Plan of Carpenters’ Hall 1727

The archives of the Carpenters’ Company contain an almost unbroken series of records documenting the history of the Company from the fifteenth century to the present day.

Earliest documents

The earliest surviving Company document in the Company’s ownership is the Warden’s Accounts volume, dating from 1438.

There are two existing earlier documents relating to the Company: Ordinances of the Brotherhood of Carpenters of 1333, in the form of a return to a writ of Richard II, 1388 (held at the National Archives), and Bible Extracts circa 1250, which may have been acquired at any time between the thirteenth and sixteenth centuries.

Other notable documents

Notable series include the Company charters dating from 1607, Court minutes from 1533 and accounts from 1438, the latter two forming an almost unbroken series to the present day.

The earliest references to the Company’s regulation of the carpentry trade appear in the Court minutes, with cases ranging from Company members employing “forrens”, to the Court appointing “daysmen” and umpires to adjudicate where serious breaches of workmanship were claimed.

Other trade records include Building Licences issued by the Chamberlain of London (from 1588); accounts for the Company’s timber wharf at Whitefriars (1624); the demarcation dispute with the Joiners’ Company (1630-1680); and twentieth century records concerning trade education and competitions. Registers of apprentices date from 1654, and of freemen from 1673.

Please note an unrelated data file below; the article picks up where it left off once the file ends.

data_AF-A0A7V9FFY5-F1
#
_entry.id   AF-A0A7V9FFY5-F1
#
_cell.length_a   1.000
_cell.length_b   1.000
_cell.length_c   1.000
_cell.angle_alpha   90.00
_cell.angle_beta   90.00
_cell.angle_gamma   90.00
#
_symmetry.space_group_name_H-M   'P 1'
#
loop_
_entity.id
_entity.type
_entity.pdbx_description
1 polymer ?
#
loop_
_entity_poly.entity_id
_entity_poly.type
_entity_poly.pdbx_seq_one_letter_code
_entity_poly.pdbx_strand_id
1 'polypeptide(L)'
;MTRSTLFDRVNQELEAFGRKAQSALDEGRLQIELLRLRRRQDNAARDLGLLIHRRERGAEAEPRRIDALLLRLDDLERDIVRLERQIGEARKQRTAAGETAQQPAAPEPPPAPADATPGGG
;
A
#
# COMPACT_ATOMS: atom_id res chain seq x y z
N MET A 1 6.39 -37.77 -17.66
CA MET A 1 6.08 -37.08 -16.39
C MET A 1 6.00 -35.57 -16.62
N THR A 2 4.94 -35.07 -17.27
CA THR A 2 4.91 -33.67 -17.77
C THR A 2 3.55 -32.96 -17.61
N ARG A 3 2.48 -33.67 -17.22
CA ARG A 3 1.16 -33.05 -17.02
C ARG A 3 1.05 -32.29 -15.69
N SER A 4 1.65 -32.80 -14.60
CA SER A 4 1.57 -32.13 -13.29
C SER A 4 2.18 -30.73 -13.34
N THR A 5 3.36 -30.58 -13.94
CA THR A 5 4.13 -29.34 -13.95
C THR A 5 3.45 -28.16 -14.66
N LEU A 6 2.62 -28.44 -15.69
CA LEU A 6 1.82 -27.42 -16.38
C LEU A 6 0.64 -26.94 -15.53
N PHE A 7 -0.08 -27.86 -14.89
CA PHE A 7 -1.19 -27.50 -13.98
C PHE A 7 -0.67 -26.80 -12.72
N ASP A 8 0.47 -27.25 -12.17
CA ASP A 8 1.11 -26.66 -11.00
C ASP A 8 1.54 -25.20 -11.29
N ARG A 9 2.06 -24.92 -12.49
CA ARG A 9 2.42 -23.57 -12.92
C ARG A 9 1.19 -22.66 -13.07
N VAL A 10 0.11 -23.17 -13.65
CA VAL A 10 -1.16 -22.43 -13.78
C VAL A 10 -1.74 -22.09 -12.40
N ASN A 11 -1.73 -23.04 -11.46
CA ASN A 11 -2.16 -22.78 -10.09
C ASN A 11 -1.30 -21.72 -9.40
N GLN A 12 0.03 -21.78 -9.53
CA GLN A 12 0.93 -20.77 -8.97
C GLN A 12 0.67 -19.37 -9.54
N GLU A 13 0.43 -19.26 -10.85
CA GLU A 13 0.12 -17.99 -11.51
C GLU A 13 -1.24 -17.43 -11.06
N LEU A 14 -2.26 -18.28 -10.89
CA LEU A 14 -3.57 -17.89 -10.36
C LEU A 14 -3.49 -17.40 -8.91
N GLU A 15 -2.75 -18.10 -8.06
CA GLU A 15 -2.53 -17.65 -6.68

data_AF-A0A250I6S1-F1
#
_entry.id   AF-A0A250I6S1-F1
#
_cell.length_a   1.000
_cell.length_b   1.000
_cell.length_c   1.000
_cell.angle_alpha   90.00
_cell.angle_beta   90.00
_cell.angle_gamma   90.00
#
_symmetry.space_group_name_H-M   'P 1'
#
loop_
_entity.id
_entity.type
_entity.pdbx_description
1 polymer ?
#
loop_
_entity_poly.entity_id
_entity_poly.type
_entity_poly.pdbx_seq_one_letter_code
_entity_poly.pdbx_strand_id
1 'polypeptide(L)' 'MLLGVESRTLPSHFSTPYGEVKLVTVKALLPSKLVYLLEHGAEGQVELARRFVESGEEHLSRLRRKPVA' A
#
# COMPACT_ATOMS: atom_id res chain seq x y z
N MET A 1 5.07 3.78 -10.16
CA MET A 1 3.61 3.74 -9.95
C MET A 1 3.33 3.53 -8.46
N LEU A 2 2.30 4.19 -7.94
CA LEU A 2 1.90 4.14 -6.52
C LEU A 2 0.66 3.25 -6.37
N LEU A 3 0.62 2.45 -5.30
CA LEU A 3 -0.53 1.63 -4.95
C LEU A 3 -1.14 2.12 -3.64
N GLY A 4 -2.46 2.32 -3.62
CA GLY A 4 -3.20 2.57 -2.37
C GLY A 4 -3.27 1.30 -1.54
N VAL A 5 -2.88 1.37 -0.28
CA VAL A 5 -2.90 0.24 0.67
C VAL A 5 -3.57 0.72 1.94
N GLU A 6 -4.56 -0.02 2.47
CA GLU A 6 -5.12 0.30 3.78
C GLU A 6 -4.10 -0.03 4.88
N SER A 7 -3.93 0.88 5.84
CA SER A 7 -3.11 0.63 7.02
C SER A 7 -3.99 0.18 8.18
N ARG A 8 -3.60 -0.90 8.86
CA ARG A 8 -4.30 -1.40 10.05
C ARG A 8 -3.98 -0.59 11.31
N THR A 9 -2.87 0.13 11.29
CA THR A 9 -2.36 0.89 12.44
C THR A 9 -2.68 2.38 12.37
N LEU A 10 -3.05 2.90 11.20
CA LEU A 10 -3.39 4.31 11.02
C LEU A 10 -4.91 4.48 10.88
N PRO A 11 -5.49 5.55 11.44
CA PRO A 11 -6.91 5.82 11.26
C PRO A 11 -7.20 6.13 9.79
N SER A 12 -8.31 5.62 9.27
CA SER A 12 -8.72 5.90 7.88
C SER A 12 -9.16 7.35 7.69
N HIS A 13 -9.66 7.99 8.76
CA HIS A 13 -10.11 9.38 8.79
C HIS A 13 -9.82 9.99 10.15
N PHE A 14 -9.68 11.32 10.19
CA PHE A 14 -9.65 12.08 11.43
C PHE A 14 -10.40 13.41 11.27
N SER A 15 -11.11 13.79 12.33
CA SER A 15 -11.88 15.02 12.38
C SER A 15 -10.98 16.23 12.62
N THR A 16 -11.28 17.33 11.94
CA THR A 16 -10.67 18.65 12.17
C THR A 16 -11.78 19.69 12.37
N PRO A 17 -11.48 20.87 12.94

The archive also has records of charitable trusts and estates administered by the Company, and includes many title deeds for properties in London and Stratford (Essex).

Consulting the archives

The archives of the Carpenters’ Company are kept at Carpenters’ Hall and the Guildhall Library, now merged with London Metropolitan Archives.

Click here to find out how to consult the archives at the Guildhall Library.

The archives at Carpenters’ Hall can be consulted at the Company’s discretion. A research service is provided for general and genealogical enquiries.

Detailed descriptions of the Company’s archives and history are on the AIM25 website (Archives in London and the M25 area).

The Company’s Court minutes 1721-1800 are available on the London Lives website.

The names of apprentices bound through the Company 1654-1694 (from the Apprentices’ entry books 1654-1694) are available on the British History Online website.